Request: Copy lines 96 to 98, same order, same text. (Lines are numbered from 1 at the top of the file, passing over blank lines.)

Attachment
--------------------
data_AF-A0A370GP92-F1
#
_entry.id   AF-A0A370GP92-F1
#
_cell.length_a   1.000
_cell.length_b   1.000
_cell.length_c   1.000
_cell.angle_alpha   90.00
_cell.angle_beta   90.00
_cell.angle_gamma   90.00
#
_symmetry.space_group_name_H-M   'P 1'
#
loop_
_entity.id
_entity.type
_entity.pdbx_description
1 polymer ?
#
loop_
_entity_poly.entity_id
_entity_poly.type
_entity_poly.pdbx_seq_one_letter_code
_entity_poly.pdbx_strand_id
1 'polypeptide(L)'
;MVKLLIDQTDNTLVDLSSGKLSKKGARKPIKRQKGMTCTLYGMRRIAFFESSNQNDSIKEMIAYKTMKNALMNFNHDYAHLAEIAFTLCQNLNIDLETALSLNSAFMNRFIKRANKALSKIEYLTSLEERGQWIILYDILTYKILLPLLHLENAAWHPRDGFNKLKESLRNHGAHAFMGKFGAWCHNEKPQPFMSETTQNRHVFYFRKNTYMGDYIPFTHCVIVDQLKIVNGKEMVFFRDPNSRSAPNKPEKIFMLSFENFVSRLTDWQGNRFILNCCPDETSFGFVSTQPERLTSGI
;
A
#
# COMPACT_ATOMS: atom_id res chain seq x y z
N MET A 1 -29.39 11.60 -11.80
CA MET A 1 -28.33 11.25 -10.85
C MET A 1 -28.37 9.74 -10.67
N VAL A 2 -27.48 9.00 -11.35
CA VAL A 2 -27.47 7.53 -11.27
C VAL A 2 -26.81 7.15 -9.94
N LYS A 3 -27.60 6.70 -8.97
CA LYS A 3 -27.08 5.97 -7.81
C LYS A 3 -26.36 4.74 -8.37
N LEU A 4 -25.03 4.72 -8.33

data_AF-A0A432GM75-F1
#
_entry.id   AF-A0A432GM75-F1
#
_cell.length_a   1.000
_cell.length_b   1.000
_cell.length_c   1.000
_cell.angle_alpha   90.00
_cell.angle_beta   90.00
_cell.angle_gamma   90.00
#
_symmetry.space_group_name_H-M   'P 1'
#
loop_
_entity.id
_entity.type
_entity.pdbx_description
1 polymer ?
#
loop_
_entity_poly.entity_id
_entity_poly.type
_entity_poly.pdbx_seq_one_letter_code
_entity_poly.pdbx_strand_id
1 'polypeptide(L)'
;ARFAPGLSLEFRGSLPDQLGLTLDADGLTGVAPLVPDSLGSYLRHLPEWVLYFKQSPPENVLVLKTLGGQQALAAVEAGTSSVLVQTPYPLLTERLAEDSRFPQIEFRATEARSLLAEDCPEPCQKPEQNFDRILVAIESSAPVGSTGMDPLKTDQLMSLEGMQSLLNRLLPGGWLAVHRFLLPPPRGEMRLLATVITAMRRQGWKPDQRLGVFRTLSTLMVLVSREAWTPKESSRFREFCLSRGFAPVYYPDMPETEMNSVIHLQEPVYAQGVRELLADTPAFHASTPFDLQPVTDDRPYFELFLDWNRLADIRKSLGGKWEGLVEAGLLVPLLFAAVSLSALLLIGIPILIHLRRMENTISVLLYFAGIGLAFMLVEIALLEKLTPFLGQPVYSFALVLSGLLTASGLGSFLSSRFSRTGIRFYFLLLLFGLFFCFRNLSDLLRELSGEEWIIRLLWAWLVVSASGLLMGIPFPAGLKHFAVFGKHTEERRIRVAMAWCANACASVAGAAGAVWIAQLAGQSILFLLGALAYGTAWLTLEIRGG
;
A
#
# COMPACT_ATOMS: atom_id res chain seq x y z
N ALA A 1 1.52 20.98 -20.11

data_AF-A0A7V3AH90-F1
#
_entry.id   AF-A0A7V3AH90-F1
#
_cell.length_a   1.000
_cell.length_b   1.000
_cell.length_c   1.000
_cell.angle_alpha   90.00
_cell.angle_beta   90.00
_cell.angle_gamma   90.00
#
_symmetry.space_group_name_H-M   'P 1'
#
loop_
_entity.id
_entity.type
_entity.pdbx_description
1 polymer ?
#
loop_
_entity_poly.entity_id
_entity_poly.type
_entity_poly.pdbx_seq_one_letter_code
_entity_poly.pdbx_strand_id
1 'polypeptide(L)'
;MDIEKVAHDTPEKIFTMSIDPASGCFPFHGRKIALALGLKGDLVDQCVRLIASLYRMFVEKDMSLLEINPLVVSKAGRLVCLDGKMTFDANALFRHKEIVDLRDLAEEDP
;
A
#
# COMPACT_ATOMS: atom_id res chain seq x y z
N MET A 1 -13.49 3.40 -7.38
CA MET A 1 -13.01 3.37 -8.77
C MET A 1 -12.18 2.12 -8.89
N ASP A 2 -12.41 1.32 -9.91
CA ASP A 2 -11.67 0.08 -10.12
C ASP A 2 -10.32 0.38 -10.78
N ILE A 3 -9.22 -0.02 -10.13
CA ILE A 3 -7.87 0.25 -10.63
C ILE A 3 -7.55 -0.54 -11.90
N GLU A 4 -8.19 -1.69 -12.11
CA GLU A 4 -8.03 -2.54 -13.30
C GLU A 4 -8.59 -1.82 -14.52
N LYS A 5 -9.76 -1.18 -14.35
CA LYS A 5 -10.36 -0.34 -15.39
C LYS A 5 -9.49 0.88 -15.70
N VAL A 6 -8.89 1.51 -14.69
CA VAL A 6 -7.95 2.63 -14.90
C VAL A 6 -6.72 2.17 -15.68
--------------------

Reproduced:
1 'polypeptide(L)'
;MDIEKVAHDTPEKIFTMSIDPASGCFPFHGRKIALALGLKGDLVDQCVRLIASLYRMFVEKDMSLLEINPLVVSKAGRLVCLDGKMTFDANALFRHKEIVDLRDLAEEDP
;